And so the cycle begins (again). Back-to-back wins against AC Milan and Watford may temporarily keep the ongoing disarray at Arsenal off the back pages, but it is only a matter of time before the team stutters and the glare of the football world is once again upon the Gunners. The latest dire run of form was arguably the worst episode yet. Defeats to Manchester City showcased just how far off the top of the table Arsenal really are these days – a case that was further exposed by Östersunds FK and Brighton. This prompted a staggering 88% of fans to call for Arsene Wenger’s head in a survey conducted by the Arsenal Supporters Trust. Despite the ‘Wenger Out’ movement spawning countless memes in the last year or so, the survey is the latest blow to what should have been an indisputable legacy. The increasing frequency of meltdowns on Arsenal Fan TV might be welcomed by rival supporters, but it gets to the point when the drawn-out, repetitive nature of these issues only succeeds in prompting sighs and groans across the board.
Certainly, as a club, Arsenal have stagnated. Wenger is a good few seasons past his sell-by-date and really should have bowed out on the back of the club’s 14/15 FA Cup triumph. Amidst Stan Kroenke’s various sports ventures in America, progression at Arsenal has either become lost or cast aside – and I am not sure which is more worrying. For his part, Ivan Gazidis continues to be diplomatic, but the ongoing feeling of inaction is surely only going to antagonise fans further. Yet, the club remain in the top six (in relative comfort) and, in financial terms, have at least made some effort to keep up – albeit unsuccessfully – with the rest of the pack. This season alone, the likes of Alexandre Lacazette and Pierre-Emerick Aubameyang are players that many teams could only dream of signing. In this light, it is easy to see why many are not sympathetic towards Arsenal’s plight.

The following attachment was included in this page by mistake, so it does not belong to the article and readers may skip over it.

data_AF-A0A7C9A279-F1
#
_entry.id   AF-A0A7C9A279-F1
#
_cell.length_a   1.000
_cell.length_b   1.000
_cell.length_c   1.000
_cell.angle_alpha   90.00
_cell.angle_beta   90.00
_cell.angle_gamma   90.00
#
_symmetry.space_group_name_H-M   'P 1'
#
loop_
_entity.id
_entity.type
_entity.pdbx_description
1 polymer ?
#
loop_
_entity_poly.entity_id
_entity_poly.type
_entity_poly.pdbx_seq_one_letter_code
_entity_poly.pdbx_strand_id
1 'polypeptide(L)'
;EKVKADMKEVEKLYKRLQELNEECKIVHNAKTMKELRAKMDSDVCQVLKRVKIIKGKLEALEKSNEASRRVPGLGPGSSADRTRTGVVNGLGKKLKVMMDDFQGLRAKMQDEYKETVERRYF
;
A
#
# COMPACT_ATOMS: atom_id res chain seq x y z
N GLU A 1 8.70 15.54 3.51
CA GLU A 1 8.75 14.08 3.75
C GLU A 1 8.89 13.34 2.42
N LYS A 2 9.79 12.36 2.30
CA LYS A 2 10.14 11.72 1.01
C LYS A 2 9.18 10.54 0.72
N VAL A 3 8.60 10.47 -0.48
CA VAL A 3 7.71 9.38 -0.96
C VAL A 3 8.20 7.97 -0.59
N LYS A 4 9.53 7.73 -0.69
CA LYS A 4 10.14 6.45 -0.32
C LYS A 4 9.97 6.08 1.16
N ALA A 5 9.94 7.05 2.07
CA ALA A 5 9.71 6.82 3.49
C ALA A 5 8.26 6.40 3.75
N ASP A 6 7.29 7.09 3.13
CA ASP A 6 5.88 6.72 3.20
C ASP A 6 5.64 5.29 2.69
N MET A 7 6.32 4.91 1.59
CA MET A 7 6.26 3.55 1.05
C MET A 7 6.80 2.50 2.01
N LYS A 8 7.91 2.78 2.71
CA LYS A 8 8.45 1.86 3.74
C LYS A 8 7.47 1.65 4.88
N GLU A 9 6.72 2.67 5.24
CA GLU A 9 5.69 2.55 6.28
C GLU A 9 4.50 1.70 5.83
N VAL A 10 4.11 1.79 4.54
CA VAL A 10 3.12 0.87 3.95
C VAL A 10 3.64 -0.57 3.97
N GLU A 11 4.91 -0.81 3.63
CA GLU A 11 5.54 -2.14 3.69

As is the case with many things, it all comes down to a spectrum. The Gunners’ fanbase is one that is used to winning. The latest generation of fans are likely to be ones who either grew up watching Arsenal slug it out with Manchester United in the late 1990s and early 2000s for domestic supremacy or ones who jumped on the bandwagon as a result of their success in this period. The harsh reality in 2018 is that Arsenal are no longer considered one of the torchbearers of English football anymore. Or even London for that matter. Many are likely to herald it as a dark period for the club and they would not be wrong. After all, no fan would welcome the decline of their football club after such a long period of success. This – along with fundamental problems with the running of the club – are what connect Arsenal to other clubs who would argue for having big grievances than a club who have won three FA Cups in the last four seasons. And that is arguably where the issue lies: are Arsenal a club in crisis or simply one in decline?
You only need to turn your head east (or south if you’re looking at the Premier League table) to see what a club in crisis looks like. Impromptu protests below the director’s box mid-match, the club captain acting as head of security and more pitch invasions than goals scored in the last three games are not problems currently plaguing Arsenal. The word ‘toxic’ has been thrown around a lot when it comes to West Ham, but there really is no better word to sum up the general atmosphere surrounding the club. Don’t let the lazy journalism fool you: discontent has been brewing in the stands since early last season and nothing has been done to address concerns among fans that the club is losing its identity and heritage. The reaction was not to going 1-0 down in a crucial game as some so-called experts seem to believe – as a team we are more accustomed to losing than winning – its horrifying predictability was merely the trigger.